Lisbon, May 2018
Israel claimed its 4th Eurovision victory in a stunningly predictable finale, where taste was defenestrated and trampled, writhing and squirming, on the Portugese cobbles below. The UK and Bulgaria had outstanding entries, and we give honourable mention to Estonia, Holland and Cyprus. However, what with the jury vote and the televotes, bizarre results were in the cards.
We liked Elina Nechayeva with her dress of many colours and the operatic aria, ‘La forza’ sung in Italian, but Estonia came in 8th.
Bulgaria’s Equinox (see main image) featuring an East European Lady Gaga, had a dramatic pop-rocker called “Bones” (finished 14th) and SuRie, an Annie Lennox clone (see below), had a belter with “Storm” and carried on with aplomb even when some twit mounted the stage and stole her mike. (SBS Commentator Joel Creasey finally came up with an apt and succinct phrase, describing this fellow: “cockhead.”) However, the UK, a pariah on the continent well before Brexit, placed 24th (!) A Hollander with the unlikely name Waylon, also did well (but finished 18th in a field of 26). Norway’s annoying Alexander Rybak, winner in 2009, was back with his dubious fiddle (“That’s Not How You Write a Song.”)
Cyprus had an impressive, kinetic number with “Fuego” and duly placed 2nd.
Now for the rockers, punch-the-clockers, and shockers:
Netta, surely less likely to feature in Euro-voting than, say, a bearded lady, won with a weird #Me Too anthem called “Toy.” We gave it minus 10.
Two aging youths sang a duo for Italy – poor. (Believe it or not, they placed 5th). Sweden’s Benjamin Ingrosso, with tousled hair and tight trackie-pants, warbled something called “Dance You Off” – at least, that’s what we thought he was singing. 0 points from us. He came 7th. Hungarian heavy metal seemed singularly rusty – 3 points from us (they came 21st). Ireland offered a soulful ballad with what seemed like Jedward providing some odd background panto – very poor. Finland had an ex X factor contestant with a forgettable piece called “Monsters.” Denmark had a serious fellow called Rasmussen, who looked like Rasputin and sang “Higher Ground” (not by Stevie Wonder, unfortunately) quite well (we gave him 6/10; he finished 9th). Ukraine (a lad with asymmetrical eyes), Serbia, Slovenia, Albania, and Austria were middling (Serbia stood-out from this pack by having their song presented by what appeared to be Bluebeard and his Islamic wives). Spain had a dull love song performed by a real-life couple – judging by the sparks not struck, they could be in trouble. Neighbour Portugal, the host, had a pretty good song and an amiable gal with pink hair (6/10 from us) but came in dead last, possibly because everyone now realises what a monumental error was made giving their putrid song the win last year.
Before we turn to the best (i.e., the very worst) of Eurovision, we have to report that Jessica Mauboy, for Australia (finished 20th) was not at her best. She gave it her all, but the voice wavered, the song fell flat, and her wardrobe seemed to malfunction (a German newspaper said she looked like a dumpling, and we guess they’d know). The Sydney Morning Herald reported this assessment of her performance: “I’m sorry. I thought, actually, she’d escaped from ‘Wentworth’ and been let on stage. It was dreadful. She was describing herself in the media as Australia’s Beyonce. Clearly she’s never seen Beyonce.” Rod Liddle, in ‘The Spectator’ (19 May) was even more pungent: “The worst entry…was that vast caterwauling aboriginal (sic). I can’t remember her name, only that her performance convinced me still further that Australia might not, technically, be a part of Europe.” (Phew. Australia, let’s maybe take five?)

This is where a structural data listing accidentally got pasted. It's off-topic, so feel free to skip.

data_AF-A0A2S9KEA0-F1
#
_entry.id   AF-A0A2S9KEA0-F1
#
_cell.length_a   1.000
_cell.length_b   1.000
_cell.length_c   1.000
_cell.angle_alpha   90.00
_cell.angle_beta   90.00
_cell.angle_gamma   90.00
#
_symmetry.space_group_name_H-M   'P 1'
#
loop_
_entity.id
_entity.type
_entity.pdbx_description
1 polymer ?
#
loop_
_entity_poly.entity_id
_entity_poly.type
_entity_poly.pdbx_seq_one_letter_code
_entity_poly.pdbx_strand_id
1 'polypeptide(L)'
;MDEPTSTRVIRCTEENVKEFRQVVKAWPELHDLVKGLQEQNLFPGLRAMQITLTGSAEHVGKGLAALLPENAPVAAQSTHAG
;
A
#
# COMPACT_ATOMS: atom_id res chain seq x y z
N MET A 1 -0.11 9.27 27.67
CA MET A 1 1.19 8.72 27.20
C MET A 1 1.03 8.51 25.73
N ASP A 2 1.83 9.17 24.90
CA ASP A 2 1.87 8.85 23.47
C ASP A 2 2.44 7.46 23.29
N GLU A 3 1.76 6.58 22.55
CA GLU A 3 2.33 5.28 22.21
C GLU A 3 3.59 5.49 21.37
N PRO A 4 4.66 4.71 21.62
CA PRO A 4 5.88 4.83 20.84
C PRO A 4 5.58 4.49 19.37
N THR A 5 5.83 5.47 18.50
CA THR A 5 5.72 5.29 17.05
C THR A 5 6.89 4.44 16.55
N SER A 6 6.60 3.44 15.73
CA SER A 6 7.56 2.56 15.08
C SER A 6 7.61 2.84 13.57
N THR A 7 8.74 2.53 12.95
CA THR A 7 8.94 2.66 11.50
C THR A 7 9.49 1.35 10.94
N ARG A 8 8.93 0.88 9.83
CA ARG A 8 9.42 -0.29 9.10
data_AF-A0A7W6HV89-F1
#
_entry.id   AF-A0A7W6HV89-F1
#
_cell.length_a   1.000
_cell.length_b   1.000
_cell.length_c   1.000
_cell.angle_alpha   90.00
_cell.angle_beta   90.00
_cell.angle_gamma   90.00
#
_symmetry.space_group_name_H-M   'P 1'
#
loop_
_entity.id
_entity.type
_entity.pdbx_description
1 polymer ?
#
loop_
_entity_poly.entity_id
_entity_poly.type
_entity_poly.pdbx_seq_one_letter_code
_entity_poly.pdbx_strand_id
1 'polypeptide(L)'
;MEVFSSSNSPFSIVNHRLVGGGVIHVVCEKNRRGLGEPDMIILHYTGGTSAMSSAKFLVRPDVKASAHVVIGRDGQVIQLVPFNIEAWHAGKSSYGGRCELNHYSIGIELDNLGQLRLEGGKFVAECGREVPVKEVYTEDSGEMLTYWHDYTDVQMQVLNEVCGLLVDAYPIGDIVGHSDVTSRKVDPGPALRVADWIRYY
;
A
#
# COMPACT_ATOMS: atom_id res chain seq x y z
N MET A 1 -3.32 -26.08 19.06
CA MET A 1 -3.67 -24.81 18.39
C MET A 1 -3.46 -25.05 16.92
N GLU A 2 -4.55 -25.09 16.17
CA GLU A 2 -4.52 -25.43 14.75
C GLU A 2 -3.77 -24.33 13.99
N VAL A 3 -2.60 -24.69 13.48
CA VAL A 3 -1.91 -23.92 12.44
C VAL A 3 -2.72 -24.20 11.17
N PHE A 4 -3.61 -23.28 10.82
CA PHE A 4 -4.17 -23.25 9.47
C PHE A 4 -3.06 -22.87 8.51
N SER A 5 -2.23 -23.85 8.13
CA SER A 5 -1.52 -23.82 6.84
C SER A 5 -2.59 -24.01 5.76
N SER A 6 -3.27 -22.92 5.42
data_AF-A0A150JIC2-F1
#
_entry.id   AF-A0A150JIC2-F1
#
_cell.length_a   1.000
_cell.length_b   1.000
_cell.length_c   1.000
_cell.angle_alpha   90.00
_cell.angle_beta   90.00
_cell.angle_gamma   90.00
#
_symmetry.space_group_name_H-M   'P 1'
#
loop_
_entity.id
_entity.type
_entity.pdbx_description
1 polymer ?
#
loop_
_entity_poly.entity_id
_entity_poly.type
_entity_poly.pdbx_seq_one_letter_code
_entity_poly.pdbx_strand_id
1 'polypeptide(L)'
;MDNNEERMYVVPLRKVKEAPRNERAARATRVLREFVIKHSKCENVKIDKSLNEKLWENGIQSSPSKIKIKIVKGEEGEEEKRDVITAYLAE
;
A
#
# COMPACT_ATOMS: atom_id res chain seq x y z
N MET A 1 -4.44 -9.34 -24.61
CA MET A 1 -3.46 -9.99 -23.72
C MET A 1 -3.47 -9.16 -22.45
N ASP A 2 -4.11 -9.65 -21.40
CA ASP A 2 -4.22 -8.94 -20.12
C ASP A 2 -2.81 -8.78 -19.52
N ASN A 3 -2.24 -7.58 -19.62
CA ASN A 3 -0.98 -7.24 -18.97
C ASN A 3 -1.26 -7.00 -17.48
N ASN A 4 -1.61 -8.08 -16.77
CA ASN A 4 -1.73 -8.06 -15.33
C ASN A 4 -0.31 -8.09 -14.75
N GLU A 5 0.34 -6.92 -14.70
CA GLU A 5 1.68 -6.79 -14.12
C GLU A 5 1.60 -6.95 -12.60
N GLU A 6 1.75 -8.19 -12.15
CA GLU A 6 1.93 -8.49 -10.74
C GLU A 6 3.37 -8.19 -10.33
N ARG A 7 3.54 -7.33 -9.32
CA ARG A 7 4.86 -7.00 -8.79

Now for the winners of The Varnished Culture’s Euro-Points Award, which focuses on the most embarrassing performances on the night. And what a rich array there was, as always! France was well in the mix, as usual, with one of their lacklustre chanteuses wobbling around one of those B-grade French songs that failed to make the cut of a Charles Aznavour record. The Czechs fielded a young chap in short hair, big glasses, a bow tie and striped pullover, pointlessly removing and replacing a backpack, trilling something called “Lie to Me.” A laugh riot. Lithuania went retro with “When We’re Old,” a sort of lower Baltic “When I’m 64” and projected images straight from a life insurance flyer. Germany was extravagantly lame with “You Let Me Walk Alone” (no surprise there) presented by a man who looked like a cross between Timothy Bottoms, Ed Sheeran and Mick Hucknall.
But leaving them all in the dust was plucky little Moldova, scoring an incredible maximum 10 Euro points from us with a song by DoReDos called “My Lucky Day.” We have no idea about the song – possibly about a ménage à trois – because it was presented by the three singers and three doubles, frantically charging in and out of doors and peeking cheerily out of windows. It was a cross between a farce by Feydeau and Rowan and Martin’s ‘Laugh-in.’ It was our lucky day – thanks Moldova, for giving us bad cabaret, bubblegum pop, a heavy sprinkling of cheese and drizzled sugar – the very essence of Eurovision.